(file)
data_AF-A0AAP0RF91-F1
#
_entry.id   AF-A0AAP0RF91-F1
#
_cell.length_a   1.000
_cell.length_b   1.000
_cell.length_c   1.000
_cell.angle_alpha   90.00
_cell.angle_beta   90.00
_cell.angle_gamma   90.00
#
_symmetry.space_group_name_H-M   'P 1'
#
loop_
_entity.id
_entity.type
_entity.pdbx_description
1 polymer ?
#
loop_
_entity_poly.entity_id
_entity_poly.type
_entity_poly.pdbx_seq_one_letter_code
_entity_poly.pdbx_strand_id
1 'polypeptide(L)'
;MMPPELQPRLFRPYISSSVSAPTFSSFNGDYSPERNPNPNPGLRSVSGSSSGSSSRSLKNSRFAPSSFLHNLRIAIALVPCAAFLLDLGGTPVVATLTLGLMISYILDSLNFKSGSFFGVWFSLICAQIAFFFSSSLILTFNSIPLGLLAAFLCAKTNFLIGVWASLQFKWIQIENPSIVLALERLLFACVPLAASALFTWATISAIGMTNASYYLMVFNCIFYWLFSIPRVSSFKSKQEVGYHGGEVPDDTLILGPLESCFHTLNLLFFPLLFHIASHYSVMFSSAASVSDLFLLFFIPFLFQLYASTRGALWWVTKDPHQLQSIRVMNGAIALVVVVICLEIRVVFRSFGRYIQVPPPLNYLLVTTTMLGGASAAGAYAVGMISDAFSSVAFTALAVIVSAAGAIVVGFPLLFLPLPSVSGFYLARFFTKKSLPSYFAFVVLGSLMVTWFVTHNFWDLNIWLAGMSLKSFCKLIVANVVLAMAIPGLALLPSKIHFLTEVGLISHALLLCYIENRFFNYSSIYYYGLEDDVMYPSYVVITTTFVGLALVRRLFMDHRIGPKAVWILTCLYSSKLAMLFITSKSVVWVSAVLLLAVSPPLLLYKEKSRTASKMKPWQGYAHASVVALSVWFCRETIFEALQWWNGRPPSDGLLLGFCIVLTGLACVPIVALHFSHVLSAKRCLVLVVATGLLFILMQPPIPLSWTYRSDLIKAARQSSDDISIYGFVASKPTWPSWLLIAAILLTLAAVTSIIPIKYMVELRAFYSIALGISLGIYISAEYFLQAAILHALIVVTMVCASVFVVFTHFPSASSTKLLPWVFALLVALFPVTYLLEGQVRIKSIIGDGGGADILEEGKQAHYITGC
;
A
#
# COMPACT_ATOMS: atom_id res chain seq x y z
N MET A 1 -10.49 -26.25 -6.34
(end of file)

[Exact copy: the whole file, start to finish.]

data_AF-A0AAP0RF91-F1
#
_entry.id   AF-A0AAP0RF91-F1
#
_cell.length_a   1.000
_cell.length_b   1.000
_cell.length_c   1.000
_cell.angle_alpha   90.00
_cell.angle_beta   90.00
_cell.angle_gamma   90.00
#
_symmetry.space_group_name_H-M   'P 1'
#
loop_
_entity.id
_entity.type
_entity.pdbx_description
1 polymer ?
#
loop_
_entity_poly.entity_id
_entity_poly.type
_entity_poly.pdbx_seq_one_letter_code
_entity_poly.pdbx_strand_id
1 'polypeptide(L)'
;MMPPELQPRLFRPYISSSVSAPTFSSFNGDYSPERNPNPNPGLRSVSGSSSGSSSRSLKNSRFAPSSFLHNLRIAIALVPCAAFLLDLGGTPVVATLTLGLMISYILDSLNFKSGSFFGVWFSLICAQIAFFFSSSLILTFNSIPLGLLAAFLCAKTNFLIGVWASLQFKWIQIENPSIVLALERLLFACVPLAASALFTWATISAIGMTNASYYLMVFNCIFYWLFSIPRVSSFKSKQEVGYHGGEVPDDTLILGPLESCFHTLNLLFFPLLFHIASHYSVMFSSAASVSDLFLLFFIPFLFQLYASTRGALWWVTKDPHQLQSIRVMNGAIALVVVVICLEIRVVFRSFGRYIQVPPPLNYLLVTTTMLGGASAAGAYAVGMISDAFSSVAFTALAVIVSAAGAIVVGFPLLFLPLPSVSGFYLARFFTKKSLPSYFAFVVLGSLMVTWFVTHNFWDLNIWLAGMSLKSFCKLIVANVVLAMAIPGLALLPSKIHFLTEVGLISHALLLCYIENRFFNYSSIYYYGLEDDVMYPSYVVITTTFVGLALVRRLFMDHRIGPKAVWILTCLYSSKLAMLFITSKSVVWVSAVLLLAVSPPLLLYKEKSRTASKMKPWQGYAHASVVALSVWFCRETIFEALQWWNGRPPSDGLLLGFCIVLTGLACVPIVALHFSHVLSAKRCLVLVVATGLLFILMQPPIPLSWTYRSDLIKAARQSSDDISIYGFVASKPTWPSWLLIAAILLTLAAVTSIIPIKYMVELRAFYSIALGISLGIYISAEYFLQAAILHALIVVTMVCASVFVVFTHFPSASSTKLLPWVFALLVALFPVTYLLEGQVRIKSIIGDGGGADILEEGKQAHYITGC
;
A
#
# COMPACT_ATOMS: atom_id res chain seq x y z
N MET A 1 -10.49 -26.25 -6.34